Intel Corp. has all but completed its shift to a 0.25-micron production process, and by this time next year the company will begin producing even smaller, cheaper, faster, and more capable chips using a 0.18-micron process.
Almost all of Intel's processor production has moved to a 0.25-micron process, said Paul Otellini, Intel's executive vice president and general manager of the Intel Architecture business group. The older 0.35-micron technology is still being used only on some Pentium MMX (P5) CPUs and on some of the earliest Pentium II (P6) processors, he said.
Intel has ended "wafer starts" on the Pentium Pro processor and will sell off warehouse and in-process inventories as applications shift to the Pentium II Xeon, Otellini said.
"The production on the high end has all moved over to the Pentium II Xeon," he said.
With smaller geometries allowing Intel to put more chips on a given wafer, production cost per chip falls. The smaller devices are faster, yet consume less power. And at a given chip size, more circuitry -- such as Level 2 cache memory -- can be built on each chip, improving performance.
Intel's transition from 0.35 to 0.25 microns was less painful than the company expected, allowing Intel to speed up the introduction of faster CPUs this year and next. Intel is on track with this product roadmap and plans to offer an IA-32 microprocessor in 1999 and a 64-bit microprocessor (Merced) in 2000, each using the 0.18-micron process.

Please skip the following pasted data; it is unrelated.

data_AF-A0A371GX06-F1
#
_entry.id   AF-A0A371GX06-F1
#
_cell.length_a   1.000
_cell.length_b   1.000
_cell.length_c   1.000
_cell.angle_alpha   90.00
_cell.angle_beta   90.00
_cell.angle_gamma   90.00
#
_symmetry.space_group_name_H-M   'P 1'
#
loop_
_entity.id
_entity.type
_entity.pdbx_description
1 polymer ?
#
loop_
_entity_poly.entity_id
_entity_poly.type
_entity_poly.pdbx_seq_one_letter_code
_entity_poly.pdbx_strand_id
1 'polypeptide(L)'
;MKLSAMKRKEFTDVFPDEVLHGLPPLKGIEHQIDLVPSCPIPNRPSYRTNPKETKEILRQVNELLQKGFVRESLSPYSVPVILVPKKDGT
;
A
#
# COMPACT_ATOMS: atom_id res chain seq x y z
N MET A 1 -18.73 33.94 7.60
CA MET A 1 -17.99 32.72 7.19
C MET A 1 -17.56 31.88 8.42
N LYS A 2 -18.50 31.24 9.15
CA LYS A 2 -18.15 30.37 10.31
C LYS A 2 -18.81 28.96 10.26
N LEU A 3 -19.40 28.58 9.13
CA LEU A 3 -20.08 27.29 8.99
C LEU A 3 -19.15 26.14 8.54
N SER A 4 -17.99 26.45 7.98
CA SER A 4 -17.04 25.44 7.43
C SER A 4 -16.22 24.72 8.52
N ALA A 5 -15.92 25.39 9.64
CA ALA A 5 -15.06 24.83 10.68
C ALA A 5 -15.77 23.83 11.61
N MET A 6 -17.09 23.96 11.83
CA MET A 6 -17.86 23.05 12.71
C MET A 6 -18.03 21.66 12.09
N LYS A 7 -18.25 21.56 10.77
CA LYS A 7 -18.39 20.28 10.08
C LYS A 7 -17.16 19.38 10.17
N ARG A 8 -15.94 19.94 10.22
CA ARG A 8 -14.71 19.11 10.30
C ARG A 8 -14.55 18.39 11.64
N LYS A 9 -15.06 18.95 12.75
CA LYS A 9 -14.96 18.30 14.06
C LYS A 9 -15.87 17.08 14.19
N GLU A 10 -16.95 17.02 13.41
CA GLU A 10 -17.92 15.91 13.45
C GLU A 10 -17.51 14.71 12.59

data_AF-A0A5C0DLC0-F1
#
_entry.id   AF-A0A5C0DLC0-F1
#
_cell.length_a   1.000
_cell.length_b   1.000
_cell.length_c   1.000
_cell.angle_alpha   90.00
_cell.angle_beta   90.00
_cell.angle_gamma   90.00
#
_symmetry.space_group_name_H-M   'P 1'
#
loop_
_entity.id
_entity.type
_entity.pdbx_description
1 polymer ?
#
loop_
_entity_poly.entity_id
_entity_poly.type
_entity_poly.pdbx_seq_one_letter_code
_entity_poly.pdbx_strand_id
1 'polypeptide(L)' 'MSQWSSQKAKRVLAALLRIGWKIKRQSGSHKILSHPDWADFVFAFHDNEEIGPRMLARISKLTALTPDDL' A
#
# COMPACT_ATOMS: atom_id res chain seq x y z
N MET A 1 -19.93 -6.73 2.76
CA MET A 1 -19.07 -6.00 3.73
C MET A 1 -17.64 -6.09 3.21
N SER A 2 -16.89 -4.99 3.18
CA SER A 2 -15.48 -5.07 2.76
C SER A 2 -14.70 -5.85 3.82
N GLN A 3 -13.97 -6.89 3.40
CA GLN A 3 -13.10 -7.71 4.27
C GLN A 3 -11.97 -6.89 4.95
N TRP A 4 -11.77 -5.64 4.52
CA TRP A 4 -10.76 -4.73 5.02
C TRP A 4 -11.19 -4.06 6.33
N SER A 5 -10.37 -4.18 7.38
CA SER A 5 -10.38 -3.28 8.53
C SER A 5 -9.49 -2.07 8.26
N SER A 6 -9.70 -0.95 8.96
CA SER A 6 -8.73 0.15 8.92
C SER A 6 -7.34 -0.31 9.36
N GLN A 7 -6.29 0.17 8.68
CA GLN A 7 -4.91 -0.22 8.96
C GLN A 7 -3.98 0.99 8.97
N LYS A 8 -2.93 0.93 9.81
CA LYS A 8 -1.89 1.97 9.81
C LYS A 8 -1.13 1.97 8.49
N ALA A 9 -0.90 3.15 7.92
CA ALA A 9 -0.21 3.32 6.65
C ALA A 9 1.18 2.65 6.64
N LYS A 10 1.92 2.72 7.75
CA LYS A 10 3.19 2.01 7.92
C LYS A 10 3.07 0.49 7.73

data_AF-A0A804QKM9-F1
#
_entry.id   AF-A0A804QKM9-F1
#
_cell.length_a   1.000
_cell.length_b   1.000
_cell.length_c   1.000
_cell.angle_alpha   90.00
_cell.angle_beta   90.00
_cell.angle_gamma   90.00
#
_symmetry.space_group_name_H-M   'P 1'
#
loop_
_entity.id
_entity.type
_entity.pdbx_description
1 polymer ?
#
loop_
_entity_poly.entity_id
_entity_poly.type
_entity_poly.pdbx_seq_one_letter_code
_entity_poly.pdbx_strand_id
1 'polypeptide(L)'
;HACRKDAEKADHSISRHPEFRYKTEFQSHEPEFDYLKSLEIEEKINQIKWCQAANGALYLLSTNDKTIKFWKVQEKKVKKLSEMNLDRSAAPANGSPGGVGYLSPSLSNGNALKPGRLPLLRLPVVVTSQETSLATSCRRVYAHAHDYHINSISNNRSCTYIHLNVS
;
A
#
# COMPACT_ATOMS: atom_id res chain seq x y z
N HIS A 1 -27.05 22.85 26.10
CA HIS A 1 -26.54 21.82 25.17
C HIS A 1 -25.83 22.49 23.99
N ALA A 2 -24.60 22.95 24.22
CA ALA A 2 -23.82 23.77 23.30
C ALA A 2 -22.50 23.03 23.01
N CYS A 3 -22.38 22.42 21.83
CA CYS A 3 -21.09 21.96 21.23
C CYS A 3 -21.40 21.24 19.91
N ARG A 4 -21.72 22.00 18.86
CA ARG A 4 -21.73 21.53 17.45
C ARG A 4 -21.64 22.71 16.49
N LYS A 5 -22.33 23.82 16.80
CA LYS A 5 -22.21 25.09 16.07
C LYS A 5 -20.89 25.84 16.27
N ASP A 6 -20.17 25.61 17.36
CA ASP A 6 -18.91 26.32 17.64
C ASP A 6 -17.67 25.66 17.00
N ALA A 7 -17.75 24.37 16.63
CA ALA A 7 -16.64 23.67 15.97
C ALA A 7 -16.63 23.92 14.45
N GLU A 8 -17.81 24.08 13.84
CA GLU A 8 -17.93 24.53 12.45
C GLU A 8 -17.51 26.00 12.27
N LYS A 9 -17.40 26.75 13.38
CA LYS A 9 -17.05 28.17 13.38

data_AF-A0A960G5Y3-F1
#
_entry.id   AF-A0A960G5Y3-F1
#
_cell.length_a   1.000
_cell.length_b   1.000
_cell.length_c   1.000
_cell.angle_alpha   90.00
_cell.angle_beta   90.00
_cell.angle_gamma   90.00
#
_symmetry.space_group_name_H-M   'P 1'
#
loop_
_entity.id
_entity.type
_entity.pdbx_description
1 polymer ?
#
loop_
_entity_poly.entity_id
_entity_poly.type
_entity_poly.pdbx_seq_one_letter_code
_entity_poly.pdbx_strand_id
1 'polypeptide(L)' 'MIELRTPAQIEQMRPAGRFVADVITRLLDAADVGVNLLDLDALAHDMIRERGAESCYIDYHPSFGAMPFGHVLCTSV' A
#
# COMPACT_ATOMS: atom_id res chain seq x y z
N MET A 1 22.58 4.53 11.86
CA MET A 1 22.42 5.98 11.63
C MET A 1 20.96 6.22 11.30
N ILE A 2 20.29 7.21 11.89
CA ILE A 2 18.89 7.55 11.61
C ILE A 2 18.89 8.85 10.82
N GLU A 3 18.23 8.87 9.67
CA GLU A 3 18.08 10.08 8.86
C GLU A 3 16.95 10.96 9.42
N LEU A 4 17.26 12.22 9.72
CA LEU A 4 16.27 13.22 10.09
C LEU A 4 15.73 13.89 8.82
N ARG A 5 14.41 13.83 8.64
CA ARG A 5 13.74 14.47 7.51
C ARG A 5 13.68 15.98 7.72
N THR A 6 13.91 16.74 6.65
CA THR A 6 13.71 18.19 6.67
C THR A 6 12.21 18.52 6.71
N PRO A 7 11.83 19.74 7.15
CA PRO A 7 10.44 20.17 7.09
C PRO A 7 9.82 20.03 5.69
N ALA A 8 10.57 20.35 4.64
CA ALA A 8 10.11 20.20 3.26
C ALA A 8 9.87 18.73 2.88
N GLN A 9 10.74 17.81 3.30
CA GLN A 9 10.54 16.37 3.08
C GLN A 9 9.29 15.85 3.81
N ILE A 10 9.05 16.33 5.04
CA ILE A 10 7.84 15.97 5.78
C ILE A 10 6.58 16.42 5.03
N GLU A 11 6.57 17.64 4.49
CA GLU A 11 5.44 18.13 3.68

Some industry observers have surmised that the complex Merced processor demands the lower power consumption of a 0.18-micron process.
The transition to 0.18-micron manufacturing is ahead of schedule, according to Otellini, so production of the first parts to use the process is being pulled in at least one quarter, to the first half of 1999.
One result of the technology shift is a reduction in this year's capital spending, Otellini said. As 0.18-micron production starts, 0.25-micron production slows. As a result, Intel will not have to purchase additional capital equipment until next year.
Another result is a slowdown in the transition from 200-millimeter (8-inch) to 300-mm (12-inch) wafers. The ability to put more chips on a wafer reduces the need to use larger, more expensive wafers.
"There seems to be a little bit of a setback in 300-mm," said Janet Ramkissoon, an executive at Quadra Capital, in New York.
The shift to 300 mm is "a little farther out than before," Otellini agreed.
Intel Corp., in Santa Clara, California, can be reached at http://www.intel.com/.